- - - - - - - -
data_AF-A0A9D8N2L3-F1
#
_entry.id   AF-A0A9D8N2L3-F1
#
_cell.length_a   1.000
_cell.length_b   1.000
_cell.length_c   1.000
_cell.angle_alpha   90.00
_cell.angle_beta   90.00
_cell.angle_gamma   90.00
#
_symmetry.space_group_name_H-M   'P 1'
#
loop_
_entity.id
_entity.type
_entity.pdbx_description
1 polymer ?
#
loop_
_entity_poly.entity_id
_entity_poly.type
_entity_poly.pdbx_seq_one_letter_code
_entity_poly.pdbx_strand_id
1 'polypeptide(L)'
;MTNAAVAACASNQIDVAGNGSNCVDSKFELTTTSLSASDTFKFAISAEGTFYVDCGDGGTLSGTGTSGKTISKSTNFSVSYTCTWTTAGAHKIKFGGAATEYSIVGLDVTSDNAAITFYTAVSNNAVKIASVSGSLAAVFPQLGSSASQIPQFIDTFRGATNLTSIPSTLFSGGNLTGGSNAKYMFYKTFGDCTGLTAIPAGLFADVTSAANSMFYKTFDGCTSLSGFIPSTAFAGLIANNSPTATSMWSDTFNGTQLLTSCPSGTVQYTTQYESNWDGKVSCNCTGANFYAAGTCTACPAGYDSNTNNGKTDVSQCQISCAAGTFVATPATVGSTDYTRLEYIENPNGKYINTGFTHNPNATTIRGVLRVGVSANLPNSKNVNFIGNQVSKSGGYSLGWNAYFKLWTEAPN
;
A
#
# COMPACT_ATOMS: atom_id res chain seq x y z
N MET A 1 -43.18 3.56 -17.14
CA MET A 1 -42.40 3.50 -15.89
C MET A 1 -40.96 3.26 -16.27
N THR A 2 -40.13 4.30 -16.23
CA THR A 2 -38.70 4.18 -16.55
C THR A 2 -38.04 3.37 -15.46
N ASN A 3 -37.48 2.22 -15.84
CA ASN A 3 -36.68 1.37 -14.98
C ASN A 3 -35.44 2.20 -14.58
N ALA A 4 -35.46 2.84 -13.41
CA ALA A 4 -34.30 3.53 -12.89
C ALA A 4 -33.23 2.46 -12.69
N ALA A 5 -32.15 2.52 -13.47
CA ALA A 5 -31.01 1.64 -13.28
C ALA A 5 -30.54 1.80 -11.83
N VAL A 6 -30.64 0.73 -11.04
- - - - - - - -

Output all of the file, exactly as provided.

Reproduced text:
data_AF-A0A9D8N2L3-F1
#
_entry.id   AF-A0A9D8N2L3-F1
#
_cell.length_a   1.000
_cell.length_b   1.000
_cell.length_c   1.000
_cell.angle_alpha   90.00
_cell.angle_beta   90.00
_cell.angle_gamma   90.00
#
_symmetry.space_group_name_H-M   'P 1'
#
loop_
_entity.id
_entity.type
_entity.pdbx_description
1 polymer ?
#
loop_
_entity_poly.entity_id
_entity_poly.type
_entity_poly.pdbx_seq_one_letter_code
_entity_poly.pdbx_strand_id
1 'polypeptide(L)'
;MTNAAVAACASNQIDVAGNGSNCVDSKFELTTTSLSASDTFKFAISAEGTFYVDCGDGGTLSGTGTSGKTISKSTNFSVSYTCTWTTAGAHKIKFGGAATEYSIVGLDVTSDNAAITFYTAVSNNAVKIASVSGSLAAVFPQLGSSASQIPQFIDTFRGATNLTSIPSTLFSGGNLTGGSNAKYMFYKTFGDCTGLTAIPAGLFADVTSAANSMFYKTFDGCTSLSGFIPSTAFAGLIANNSPTATSMWSDTFNGTQLLTSCPSGTVQYTTQYESNWDGKVSCNCTGANFYAAGTCTACPAGYDSNTNNGKTDVSQCQISCAAGTFVATPATVGSTDYTRLEYIENPNGKYINTGFTHNPNATTIRGVLRVGVSANLPNSKNVNFIGNQVSKSGGYSLGWNAYFKLWTEAPN
;
A
#
# COMPACT_ATOMS: atom_id res chain seq x y z
N MET A 1 -43.18 3.56 -17.14
CA MET A 1 -42.40 3.50 -15.89
C MET A 1 -40.96 3.26 -16.27
N THR A 2 -40.13 4.30 -16.23
CA THR A 2 -38.70 4.18 -16.55
C THR A 2 -38.04 3.37 -15.46
N ASN A 3 -37.48 2.22 -15.84
CA ASN A 3 -36.68 1.37 -14.98
C ASN A 3 -35.44 2.20 -14.58
N ALA A 4 -35.46 2.84 -13.41
CA ALA A 4 -34.30 3.53 -12.89
C ALA A 4 -33.23 2.46 -12.69
N ALA A 5 -32.15 2.52 -13.47
CA ALA A 5 -31.01 1.64 -13.28
C ALA A 5 -30.54 1.80 -11.83
N VAL A 6 -30.64 0.73 -11.04